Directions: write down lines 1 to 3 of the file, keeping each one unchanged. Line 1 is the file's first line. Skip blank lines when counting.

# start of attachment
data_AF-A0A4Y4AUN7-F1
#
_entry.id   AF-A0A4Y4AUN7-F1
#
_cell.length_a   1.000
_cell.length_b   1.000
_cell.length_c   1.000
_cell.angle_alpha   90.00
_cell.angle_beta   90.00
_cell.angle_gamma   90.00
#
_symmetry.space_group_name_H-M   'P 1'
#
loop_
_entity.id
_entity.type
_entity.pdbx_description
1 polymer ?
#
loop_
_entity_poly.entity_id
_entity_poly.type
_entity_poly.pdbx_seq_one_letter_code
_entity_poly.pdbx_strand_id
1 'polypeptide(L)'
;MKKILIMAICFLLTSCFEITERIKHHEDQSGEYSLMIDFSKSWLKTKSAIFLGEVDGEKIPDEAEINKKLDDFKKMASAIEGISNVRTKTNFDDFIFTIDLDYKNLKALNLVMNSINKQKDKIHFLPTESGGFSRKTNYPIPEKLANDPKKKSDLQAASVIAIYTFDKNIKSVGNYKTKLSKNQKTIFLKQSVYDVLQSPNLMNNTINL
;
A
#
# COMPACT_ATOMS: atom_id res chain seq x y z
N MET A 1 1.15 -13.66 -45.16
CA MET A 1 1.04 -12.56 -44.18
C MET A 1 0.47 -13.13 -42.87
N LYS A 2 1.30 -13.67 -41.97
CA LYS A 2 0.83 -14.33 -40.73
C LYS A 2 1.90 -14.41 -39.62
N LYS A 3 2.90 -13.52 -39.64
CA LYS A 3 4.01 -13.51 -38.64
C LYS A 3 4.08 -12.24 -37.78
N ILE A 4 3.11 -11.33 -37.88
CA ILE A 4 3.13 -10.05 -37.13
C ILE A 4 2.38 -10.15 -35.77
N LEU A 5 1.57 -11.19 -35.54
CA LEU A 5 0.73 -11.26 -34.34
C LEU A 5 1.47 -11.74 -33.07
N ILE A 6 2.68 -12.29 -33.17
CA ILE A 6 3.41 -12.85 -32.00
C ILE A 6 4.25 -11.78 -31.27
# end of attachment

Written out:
data_AF-A0A4Y4AUN7-F1
#
_entry.id   AF-A0A4Y4AUN7-F1